1

I understand that the phonetic part of 我 (wo3) is pronounced 戈 (ge1). It seems also that it means (or used to mean) "Dagger"/"Sword", however the only references I can find to this character says that that is an old, defunct usage.

So, to what degree is this character used in common Mandarin? Is it just thought of as a radical, or does it have some other usage in speech?

2

It seems also that it means (or used to mean) "Dagger"/"Sword", however the only references I can find to this character says that that is an old, defunct usage.

as a noun, simply mean 'dagger-axe or halberd' The reason that it is an old, defunct usage, is no one are using it in modern warfare. Therefore the term 戈 as a weapon had disappeared from common vocabulary

So, to what degree is this character used in common Mandarin? Is it just thought of as a radical, or does it have some other usage in speech?

戈 beside being a common radical, is also part of some 'warfare' related compound words and idiom.

Example:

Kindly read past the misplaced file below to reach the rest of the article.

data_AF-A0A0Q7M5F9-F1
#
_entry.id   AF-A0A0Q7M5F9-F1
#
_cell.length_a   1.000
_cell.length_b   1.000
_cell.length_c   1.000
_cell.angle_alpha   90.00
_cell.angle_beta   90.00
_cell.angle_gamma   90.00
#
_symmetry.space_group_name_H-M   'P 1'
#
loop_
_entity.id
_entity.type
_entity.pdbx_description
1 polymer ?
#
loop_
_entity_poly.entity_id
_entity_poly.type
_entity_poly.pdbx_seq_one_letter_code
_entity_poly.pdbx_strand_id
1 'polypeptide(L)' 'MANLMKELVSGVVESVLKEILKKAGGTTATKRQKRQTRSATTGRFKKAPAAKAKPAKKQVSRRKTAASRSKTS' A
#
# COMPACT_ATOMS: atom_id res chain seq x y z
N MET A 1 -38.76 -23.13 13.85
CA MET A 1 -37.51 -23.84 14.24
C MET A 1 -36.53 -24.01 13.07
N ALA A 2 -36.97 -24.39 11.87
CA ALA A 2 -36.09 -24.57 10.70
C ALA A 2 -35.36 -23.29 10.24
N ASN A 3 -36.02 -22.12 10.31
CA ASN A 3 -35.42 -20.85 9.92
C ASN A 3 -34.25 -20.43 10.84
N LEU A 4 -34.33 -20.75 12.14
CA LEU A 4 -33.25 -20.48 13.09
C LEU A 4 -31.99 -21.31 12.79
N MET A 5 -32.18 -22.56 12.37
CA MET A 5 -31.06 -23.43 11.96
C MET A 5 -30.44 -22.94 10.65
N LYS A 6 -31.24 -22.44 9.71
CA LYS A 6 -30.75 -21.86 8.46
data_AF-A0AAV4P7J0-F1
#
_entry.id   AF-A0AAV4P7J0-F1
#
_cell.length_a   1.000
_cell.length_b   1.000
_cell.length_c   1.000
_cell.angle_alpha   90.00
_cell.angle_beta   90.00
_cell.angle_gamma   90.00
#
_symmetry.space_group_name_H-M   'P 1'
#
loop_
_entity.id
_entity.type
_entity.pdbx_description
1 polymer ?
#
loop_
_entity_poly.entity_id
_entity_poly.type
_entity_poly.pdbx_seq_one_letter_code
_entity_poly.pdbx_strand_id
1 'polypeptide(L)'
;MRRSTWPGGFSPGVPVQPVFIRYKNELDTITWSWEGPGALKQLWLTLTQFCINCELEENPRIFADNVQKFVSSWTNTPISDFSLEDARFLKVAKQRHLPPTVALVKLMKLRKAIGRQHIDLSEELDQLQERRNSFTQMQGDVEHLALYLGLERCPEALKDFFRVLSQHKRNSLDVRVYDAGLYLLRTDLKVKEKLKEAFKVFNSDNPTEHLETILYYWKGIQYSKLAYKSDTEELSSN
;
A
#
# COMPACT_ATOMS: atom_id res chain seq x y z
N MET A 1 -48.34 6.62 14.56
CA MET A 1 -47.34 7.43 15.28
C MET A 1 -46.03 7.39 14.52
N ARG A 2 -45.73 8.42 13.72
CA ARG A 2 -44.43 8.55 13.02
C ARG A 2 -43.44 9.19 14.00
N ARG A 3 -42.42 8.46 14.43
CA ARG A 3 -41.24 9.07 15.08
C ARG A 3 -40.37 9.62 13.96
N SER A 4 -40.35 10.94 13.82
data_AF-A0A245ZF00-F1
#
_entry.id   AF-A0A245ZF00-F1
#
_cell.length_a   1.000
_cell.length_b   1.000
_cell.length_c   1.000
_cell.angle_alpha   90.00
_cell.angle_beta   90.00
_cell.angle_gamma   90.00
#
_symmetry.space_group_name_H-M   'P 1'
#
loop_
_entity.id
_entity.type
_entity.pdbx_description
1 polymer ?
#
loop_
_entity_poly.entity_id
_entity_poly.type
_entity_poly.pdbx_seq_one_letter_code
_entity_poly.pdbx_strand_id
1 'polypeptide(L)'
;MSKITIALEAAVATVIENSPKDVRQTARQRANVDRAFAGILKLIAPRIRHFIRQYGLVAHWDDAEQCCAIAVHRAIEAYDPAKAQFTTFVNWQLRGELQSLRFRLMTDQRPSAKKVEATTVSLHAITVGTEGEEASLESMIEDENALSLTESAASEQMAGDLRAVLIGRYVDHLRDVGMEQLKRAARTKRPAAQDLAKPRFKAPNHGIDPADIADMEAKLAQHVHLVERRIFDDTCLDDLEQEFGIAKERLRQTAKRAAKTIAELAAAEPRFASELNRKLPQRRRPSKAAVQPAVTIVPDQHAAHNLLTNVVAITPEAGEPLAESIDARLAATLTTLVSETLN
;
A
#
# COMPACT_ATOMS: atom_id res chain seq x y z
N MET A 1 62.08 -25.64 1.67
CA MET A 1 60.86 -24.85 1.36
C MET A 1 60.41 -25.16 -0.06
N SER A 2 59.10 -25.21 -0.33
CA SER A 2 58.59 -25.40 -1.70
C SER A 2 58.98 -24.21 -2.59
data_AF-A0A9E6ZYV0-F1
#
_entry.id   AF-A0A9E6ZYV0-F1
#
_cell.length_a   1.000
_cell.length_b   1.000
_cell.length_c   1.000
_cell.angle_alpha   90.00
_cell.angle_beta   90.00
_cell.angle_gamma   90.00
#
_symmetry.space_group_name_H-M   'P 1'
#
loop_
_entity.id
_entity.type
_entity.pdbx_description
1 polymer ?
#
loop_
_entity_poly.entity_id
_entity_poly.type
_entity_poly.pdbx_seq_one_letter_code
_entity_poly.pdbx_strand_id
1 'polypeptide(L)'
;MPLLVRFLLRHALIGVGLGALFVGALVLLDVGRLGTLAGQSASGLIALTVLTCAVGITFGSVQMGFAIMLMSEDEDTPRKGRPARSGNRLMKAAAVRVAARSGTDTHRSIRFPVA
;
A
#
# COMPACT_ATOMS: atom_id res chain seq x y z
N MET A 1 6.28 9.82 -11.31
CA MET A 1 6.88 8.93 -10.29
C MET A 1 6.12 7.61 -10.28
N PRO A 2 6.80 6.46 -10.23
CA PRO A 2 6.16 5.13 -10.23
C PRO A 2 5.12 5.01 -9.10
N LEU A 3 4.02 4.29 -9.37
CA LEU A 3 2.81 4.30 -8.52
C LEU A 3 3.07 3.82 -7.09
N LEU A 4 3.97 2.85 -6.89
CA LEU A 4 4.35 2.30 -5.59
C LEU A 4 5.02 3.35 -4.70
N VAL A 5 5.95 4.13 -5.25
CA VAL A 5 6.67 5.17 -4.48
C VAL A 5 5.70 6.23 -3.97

干戈 = warfare

同室操戈 = infighting; fight between family members, partners or allies ( Two athletes from the same nation fighting for the Gold medal can be described as 同室操戈)

止弋為武

  1. toes + dagger-axe = advance with weapon = 武 (force);

  2. 止(stop)+ dagger-axe = stopping war = force

#1 is the more likely origin of 武

戈 is often used as a transliteration word, for example: 戈壁 in 戈壁沙漠 is a transliteration of Gobi; 探戈 in 探戈舞 is the transliteration of Tango

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0

in oracle script, 我 (u+6211) is:

enter image description here

http://humanum.arts.cuhk.edu.hk/Lexis/lexi-mf/search.php?word=我

then, 戈 (u+6208) is:

enter image description here

http://humanum.arts.cuhk.edu.hk/Lexis/lexi-mf/search.php?word=戈

in which, the right half of 我 is 戈.

further, in cantonese (sydney lay scheme),

我 (u+6211) is ngoh5, sound file

戈 (u+6208) is gwoh1, sound file

both share the same final oh. we might say that "戈" is the phonetic component of the character of "我"

most of the usages of "戈" are weapons / arms related, like "干戈".

http://dict.revised.moe.edu.tw/cgi-bin/cbdic/gsweb.cgi?o=dcbdic&searchid=Z00000069665

and yes, it's one of the 214 radicals.

have fun :)

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